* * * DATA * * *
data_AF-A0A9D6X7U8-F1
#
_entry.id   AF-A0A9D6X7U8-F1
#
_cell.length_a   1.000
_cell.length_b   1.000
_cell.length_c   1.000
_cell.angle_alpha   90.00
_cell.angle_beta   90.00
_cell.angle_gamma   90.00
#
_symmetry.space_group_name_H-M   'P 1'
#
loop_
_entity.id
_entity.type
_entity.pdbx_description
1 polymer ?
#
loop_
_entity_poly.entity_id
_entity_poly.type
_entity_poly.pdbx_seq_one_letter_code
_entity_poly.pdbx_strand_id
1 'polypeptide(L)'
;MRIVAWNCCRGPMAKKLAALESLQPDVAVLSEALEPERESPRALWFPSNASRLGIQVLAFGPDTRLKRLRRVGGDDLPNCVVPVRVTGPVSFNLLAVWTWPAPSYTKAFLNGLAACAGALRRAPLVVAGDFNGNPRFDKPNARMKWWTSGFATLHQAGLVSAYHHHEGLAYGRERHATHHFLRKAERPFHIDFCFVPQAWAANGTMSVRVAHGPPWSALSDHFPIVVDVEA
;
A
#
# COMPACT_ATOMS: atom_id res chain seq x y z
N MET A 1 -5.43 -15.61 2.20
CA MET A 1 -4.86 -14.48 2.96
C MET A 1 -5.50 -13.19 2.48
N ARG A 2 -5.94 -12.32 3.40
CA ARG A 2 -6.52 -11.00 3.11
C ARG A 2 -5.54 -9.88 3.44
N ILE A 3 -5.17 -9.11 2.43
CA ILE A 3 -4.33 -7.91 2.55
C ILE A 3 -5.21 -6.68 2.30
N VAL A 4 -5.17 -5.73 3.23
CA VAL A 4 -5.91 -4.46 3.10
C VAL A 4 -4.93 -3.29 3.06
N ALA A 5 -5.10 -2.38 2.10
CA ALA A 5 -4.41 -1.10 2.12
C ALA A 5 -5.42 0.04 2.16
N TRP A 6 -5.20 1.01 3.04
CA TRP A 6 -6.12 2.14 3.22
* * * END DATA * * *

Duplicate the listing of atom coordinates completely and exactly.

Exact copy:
data_AF-A0A9D6X7U8-F1
#
_entry.id   AF-A0A9D6X7U8-F1
#
_cell.length_a   1.000
_cell.length_b   1.000
_cell.length_c   1.000
_cell.angle_alpha   90.00
_cell.angle_beta   90.00
_cell.angle_gamma   90.00
#
_symmetry.space_group_name_H-M   'P 1'
#
loop_
_entity.id
_entity.type
_entity.pdbx_description
1 polymer ?
#
loop_
_entity_poly.entity_id
_entity_poly.type
_entity_poly.pdbx_seq_one_letter_code
_entity_poly.pdbx_strand_id
1 'polypeptide(L)'
;MRIVAWNCCRGPMAKKLAALESLQPDVAVLSEALEPERESPRALWFPSNASRLGIQVLAFGPDTRLKRLRRVGGDDLPNCVVPVRVTGPVSFNLLAVWTWPAPSYTKAFLNGLAACAGALRRAPLVVAGDFNGNPRFDKPNARMKWWTSGFATLHQAGLVSAYHHHEGLAYGRERHATHHFLRKAERPFHIDFCFVPQAWAANGTMSVRVAHGPPWSALSDHFPIVVDVEA
;
A
#
# COMPACT_ATOMS: atom_id res chain seq x y z
N MET A 1 -5.43 -15.61 2.20
CA MET A 1 -4.86 -14.48 2.96
C MET A 1 -5.50 -13.19 2.48
N ARG A 2 -5.94 -12.32 3.40
CA ARG A 2 -6.52 -11.00 3.11
C ARG A 2 -5.54 -9.88 3.44
N ILE A 3 -5.17 -9.11 2.43
CA ILE A 3 -4.33 -7.91 2.55
C ILE A 3 -5.21 -6.68 2.30
N VAL A 4 -5.17 -5.73 3.23
CA VAL A 4 -5.91 -4.46 3.10
C VAL A 4 -4.93 -3.29 3.06
N ALA A 5 -5.10 -2.38 2.10
CA ALA A 5 -4.41 -1.10 2.12
C ALA A 5 -5.42 0.04 2.16
N TRP A 6 -5.20 1.01 3.04
CA TRP A 6 -6.12 2.14 3.22